A new website brings together Māori and Pākehā histories, scientific insights and personal memories of Wairarapa lakes as part of a project that aims to kick-start fresh conversations about lake health and mauri (a Te Ao Māori concept meaning life-force).
The website (Wairarapa Moana Pūrākau Kete – lakestoriesnz.org) uses a range of mediums including short documentaries, audio recordings, photography and art to share stories that bring these lake histories to life.
They feature local experts and community members whose lives have been shaped by these lake taonga, sharing what the lakes mean to them and their vision for improving the health of both the lakes and their communities.
The project is a part of Cawthron Institute and GNS Science’s joint Lakes380 research programme which aims to weave together different forms of knowledge, ranging from traditional scientific knowledge collected through lake sediment sampling, alongside social histories that provide important context.
Lakestoriesnz.org project leader Charlotte Šunde of Cawthron Institute said that some of these stories include how Ngāti Kahungunu gifted Lake Wairarapa to the Crown in 1896, the ‘battle’ to control Lake Onoke’s opening and the return of the lake bed to Māori through treaty settlements.
“Digital storytelling like this is a fairly new and very effective way of bringing lake stories to a wide audience, reaching far beyond the impact of scientific publications,” Charlotte Šunde said.
“By combining scientific insights from lake sampling with the stories that are told through these audio-visual pieces, we set out to open a space for dialogue about the history of Wairarapa Moana and what we might do to improve the health of these lakes and their communities.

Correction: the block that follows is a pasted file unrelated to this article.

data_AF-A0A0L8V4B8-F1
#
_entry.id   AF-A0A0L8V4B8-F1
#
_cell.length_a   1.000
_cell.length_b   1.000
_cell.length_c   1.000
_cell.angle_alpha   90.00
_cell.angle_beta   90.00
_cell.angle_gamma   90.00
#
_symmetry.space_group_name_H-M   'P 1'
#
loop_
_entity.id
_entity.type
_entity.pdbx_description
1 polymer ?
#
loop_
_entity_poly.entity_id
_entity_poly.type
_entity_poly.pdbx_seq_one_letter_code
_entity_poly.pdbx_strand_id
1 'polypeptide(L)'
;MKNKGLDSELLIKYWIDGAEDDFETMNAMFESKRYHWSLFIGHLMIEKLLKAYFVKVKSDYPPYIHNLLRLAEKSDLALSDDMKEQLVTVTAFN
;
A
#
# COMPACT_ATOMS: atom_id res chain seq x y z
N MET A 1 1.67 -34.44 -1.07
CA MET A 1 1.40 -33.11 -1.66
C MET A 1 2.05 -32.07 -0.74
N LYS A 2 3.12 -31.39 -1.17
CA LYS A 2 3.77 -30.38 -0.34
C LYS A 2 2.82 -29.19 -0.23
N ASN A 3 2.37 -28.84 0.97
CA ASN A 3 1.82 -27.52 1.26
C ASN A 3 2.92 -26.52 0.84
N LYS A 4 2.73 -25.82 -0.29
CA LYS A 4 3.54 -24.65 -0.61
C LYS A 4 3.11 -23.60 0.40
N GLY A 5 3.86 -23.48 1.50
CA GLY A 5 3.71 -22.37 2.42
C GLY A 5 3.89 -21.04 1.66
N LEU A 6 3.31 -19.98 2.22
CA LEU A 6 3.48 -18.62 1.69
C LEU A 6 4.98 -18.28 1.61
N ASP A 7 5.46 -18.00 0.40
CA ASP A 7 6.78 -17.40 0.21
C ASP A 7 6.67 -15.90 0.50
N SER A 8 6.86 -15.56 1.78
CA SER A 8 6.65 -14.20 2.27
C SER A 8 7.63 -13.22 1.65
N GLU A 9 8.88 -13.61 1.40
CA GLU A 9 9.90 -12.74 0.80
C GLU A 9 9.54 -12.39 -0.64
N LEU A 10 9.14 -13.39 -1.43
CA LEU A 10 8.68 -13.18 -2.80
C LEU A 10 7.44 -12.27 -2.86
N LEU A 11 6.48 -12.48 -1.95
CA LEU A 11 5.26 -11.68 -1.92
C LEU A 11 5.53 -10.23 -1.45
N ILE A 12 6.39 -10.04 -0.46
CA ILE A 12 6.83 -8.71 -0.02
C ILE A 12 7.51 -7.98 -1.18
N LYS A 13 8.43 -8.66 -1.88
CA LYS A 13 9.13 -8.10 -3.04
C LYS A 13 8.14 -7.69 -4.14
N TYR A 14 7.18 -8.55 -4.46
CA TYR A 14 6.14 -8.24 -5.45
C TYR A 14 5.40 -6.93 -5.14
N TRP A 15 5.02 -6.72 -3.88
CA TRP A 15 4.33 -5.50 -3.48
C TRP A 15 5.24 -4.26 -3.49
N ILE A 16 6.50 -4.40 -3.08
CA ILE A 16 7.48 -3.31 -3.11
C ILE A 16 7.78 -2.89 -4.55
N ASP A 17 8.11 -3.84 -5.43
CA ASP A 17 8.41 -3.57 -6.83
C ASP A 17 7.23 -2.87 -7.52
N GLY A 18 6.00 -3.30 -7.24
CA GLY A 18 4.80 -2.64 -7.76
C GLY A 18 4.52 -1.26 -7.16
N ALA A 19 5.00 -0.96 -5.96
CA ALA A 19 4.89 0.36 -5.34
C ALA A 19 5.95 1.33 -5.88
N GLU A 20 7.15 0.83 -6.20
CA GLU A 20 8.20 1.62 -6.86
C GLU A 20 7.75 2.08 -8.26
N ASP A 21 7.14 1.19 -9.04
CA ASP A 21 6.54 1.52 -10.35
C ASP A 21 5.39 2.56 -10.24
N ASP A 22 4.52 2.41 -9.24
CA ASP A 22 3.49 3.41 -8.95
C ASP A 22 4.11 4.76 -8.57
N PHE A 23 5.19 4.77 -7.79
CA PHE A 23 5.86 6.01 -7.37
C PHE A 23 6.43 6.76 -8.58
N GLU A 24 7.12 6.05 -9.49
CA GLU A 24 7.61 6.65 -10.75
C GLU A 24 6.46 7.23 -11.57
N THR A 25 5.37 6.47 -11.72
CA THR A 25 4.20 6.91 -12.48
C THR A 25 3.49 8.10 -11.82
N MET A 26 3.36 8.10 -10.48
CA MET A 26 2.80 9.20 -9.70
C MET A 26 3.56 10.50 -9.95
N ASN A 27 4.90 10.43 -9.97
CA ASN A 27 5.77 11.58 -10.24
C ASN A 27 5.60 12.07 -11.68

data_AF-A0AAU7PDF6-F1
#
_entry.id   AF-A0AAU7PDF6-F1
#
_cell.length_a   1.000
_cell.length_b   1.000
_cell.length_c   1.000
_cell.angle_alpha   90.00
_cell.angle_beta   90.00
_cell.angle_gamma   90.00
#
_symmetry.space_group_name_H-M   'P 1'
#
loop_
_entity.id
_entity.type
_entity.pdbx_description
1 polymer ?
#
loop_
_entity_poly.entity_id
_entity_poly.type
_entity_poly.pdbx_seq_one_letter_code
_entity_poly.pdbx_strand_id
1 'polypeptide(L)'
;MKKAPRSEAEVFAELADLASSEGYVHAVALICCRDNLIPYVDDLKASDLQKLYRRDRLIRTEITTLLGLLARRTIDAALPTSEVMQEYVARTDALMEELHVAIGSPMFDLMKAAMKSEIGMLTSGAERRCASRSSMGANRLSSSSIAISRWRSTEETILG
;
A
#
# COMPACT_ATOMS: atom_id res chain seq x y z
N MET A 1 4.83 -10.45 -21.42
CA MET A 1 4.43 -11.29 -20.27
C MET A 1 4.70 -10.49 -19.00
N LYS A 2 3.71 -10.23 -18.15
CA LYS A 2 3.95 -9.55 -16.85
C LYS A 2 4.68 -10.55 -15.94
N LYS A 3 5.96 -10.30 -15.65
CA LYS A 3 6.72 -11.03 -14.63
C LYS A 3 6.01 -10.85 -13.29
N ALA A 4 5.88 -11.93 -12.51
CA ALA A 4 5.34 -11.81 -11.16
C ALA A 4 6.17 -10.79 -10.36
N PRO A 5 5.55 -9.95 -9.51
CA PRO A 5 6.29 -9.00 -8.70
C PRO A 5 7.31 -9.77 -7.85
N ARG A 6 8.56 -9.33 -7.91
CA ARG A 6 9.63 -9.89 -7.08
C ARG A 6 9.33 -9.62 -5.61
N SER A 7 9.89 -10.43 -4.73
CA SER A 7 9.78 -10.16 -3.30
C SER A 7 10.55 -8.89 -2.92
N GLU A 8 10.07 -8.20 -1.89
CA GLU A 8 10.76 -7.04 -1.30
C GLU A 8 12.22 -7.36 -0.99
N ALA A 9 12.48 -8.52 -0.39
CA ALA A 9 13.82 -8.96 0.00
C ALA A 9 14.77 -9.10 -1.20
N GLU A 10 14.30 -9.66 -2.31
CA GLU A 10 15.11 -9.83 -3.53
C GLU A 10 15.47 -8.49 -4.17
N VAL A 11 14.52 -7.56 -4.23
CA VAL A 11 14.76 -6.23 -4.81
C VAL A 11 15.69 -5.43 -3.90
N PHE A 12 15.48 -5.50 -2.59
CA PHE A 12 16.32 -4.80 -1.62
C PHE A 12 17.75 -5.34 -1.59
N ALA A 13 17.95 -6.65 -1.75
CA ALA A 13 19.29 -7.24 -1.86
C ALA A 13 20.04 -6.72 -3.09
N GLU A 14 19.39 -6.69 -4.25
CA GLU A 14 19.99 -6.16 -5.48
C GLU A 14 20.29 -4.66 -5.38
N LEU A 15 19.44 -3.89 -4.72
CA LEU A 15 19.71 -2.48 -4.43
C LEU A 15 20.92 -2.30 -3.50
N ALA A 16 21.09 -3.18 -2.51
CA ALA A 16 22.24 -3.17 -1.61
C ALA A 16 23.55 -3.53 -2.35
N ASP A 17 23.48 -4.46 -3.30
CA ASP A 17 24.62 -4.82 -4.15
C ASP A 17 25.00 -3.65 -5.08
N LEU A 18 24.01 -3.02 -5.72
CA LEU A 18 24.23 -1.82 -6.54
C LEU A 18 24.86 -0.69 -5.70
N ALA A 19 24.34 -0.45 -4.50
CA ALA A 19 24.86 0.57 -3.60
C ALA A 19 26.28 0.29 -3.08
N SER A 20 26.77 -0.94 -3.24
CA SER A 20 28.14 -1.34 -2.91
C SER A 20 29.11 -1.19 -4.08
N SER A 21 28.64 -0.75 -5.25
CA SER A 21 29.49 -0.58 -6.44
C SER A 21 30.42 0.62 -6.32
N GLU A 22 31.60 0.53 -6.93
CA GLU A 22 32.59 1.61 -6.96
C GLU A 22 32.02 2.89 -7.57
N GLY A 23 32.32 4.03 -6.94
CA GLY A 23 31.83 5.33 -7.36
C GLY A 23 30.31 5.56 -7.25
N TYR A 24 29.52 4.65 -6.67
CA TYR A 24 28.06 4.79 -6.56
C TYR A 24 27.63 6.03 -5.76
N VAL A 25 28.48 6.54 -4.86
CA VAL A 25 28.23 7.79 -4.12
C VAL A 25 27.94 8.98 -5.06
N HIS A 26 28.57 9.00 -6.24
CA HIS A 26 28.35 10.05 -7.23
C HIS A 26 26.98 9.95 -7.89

“The stories also celebrate the positive changes that are happening throughout the community to improve the condition of Wairarapa waterways.”
The Lakes380 project has focused on building in-depth relationships with iwi in the Wairarapa and Rangitīkei, with different styles of engagement being adopted in each rohe that reflect the relationships formed and the unique priorities for each iwi. In Wairarapa, storytelling immediately emerged as an important opportunity given where iwi are at with environmental projects and treaty settlements for Wairarapa Moana, hence the decision to create a website that could be home to these histories.
Environment manager Rawiri Smith of Ngāti Kahungunu ki Wairarapa said that the stories touched the right tone with the community and that iwi would like to build on the project’s outcomes by creating a living record for all waterways in Wairarapa.
“These lake stories have provoked thinking, encouraging behaviour change out of our common humanity rather than through confrontation or enforcement,” Rawiri Smith said.
For more information about Wairarapa Moana Pūrākau Kete, visit lakestoriesnz.org.
For more information about Lakes380, visit lakes380.com.